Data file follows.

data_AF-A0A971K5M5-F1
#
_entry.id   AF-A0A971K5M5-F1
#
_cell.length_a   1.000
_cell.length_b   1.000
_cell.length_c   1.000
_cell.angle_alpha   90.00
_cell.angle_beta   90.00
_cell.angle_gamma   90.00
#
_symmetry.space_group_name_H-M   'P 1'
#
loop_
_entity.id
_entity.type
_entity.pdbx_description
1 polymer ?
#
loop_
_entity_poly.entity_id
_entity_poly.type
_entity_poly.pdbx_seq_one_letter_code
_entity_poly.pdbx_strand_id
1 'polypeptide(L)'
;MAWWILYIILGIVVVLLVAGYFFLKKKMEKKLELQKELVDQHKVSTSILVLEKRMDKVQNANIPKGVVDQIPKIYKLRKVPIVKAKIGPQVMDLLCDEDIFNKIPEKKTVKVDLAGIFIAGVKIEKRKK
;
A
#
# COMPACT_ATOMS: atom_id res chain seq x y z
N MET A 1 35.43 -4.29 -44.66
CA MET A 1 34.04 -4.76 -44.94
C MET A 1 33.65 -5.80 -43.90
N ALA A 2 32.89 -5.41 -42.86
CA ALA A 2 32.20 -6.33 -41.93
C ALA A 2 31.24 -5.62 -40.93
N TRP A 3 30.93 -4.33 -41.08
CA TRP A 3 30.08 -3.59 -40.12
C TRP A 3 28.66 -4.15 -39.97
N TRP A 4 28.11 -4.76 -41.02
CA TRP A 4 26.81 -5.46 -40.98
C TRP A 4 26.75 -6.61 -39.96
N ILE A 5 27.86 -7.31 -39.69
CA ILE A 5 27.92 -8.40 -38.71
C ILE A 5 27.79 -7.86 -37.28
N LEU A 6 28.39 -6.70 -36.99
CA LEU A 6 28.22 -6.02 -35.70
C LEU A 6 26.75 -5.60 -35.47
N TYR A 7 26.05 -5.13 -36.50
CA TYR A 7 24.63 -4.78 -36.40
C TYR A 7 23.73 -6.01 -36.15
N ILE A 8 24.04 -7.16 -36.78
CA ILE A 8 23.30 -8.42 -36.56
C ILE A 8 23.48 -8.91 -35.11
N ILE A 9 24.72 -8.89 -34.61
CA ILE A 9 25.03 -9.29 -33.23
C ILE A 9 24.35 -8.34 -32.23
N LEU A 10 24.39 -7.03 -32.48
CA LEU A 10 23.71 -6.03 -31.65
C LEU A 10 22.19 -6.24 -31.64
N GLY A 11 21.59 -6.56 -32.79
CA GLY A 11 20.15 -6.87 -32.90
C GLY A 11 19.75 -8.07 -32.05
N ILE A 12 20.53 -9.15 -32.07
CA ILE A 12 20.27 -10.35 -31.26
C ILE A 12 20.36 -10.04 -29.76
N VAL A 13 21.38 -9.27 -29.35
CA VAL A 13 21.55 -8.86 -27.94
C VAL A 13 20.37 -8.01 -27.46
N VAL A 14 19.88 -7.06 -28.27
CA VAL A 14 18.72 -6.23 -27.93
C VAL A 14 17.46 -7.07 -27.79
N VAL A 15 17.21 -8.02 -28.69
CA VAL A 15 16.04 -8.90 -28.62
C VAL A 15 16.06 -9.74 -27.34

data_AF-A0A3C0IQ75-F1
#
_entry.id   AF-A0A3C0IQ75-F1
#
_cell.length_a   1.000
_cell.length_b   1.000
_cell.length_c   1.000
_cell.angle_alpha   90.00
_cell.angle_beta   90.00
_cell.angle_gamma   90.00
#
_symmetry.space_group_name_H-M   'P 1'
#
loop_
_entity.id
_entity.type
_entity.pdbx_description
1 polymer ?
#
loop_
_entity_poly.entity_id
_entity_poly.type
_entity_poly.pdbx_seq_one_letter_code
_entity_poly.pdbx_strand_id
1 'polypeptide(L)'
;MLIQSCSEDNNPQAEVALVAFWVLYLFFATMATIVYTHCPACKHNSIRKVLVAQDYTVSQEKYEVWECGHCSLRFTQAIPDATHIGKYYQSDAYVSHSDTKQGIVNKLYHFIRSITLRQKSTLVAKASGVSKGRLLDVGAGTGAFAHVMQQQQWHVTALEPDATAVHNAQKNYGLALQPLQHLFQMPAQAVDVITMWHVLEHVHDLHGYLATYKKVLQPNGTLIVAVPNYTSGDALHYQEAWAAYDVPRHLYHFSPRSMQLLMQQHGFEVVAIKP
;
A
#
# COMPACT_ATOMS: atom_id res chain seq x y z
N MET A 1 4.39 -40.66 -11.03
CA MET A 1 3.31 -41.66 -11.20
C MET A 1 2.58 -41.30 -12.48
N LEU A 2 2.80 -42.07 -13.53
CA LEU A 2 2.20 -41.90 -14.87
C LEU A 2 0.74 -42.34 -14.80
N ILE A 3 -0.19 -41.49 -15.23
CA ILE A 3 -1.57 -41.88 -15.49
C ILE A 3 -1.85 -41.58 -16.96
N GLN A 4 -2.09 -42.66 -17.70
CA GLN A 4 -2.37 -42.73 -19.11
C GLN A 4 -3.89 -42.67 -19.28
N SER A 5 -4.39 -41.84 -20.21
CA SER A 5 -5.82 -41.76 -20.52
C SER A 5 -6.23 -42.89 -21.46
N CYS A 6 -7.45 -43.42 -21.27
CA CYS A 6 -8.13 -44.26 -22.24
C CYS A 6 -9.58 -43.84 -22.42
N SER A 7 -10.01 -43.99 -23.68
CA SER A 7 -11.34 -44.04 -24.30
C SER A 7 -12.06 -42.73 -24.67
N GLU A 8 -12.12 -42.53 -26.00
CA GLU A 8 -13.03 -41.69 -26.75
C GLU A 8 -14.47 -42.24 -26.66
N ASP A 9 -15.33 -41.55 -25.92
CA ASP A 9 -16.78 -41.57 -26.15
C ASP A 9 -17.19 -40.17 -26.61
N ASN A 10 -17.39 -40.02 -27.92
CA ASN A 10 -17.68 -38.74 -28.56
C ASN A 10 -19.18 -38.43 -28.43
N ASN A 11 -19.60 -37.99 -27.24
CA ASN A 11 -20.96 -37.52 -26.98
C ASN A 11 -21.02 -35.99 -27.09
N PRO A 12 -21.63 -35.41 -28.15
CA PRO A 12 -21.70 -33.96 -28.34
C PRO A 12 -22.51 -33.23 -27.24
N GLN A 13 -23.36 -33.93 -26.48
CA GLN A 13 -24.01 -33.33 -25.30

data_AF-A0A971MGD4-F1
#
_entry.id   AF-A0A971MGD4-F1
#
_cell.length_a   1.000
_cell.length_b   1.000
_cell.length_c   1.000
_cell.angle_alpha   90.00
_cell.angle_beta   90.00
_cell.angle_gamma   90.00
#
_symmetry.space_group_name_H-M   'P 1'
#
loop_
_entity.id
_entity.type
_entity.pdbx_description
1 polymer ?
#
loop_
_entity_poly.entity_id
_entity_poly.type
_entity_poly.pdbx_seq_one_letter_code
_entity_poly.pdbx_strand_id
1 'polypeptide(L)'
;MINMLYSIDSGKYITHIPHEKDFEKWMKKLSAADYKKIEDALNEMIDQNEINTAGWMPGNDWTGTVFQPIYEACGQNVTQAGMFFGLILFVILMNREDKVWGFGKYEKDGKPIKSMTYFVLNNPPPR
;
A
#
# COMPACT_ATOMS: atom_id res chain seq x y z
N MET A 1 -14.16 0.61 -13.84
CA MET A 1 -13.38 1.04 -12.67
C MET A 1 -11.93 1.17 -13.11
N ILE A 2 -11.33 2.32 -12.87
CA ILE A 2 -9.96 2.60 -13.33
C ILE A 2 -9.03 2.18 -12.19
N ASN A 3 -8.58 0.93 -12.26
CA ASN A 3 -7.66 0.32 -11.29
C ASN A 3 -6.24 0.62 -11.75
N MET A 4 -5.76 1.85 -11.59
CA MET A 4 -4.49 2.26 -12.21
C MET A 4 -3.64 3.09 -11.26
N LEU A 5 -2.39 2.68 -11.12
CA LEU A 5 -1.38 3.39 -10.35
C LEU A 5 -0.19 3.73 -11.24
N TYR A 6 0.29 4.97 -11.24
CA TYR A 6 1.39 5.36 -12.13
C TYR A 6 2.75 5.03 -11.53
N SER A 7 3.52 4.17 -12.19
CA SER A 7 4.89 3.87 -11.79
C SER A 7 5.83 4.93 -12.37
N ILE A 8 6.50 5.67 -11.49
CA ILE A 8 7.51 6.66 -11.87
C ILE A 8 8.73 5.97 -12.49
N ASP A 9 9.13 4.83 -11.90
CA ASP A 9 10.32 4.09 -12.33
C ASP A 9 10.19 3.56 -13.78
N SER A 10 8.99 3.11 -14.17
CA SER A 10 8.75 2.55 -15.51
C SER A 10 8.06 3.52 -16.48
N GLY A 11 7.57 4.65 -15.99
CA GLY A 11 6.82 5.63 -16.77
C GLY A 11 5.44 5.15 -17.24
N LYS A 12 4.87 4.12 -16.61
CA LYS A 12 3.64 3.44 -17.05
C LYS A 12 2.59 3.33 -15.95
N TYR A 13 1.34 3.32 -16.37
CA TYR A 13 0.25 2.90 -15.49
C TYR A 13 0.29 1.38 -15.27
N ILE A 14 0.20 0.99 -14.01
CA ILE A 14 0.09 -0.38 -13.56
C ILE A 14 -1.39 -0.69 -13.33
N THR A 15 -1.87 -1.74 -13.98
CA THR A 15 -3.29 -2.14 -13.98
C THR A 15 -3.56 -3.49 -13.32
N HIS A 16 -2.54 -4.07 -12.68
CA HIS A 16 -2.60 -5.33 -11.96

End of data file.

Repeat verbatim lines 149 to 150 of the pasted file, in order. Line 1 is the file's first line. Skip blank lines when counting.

_cell.length_b   1.000
_cell.length_c   1.000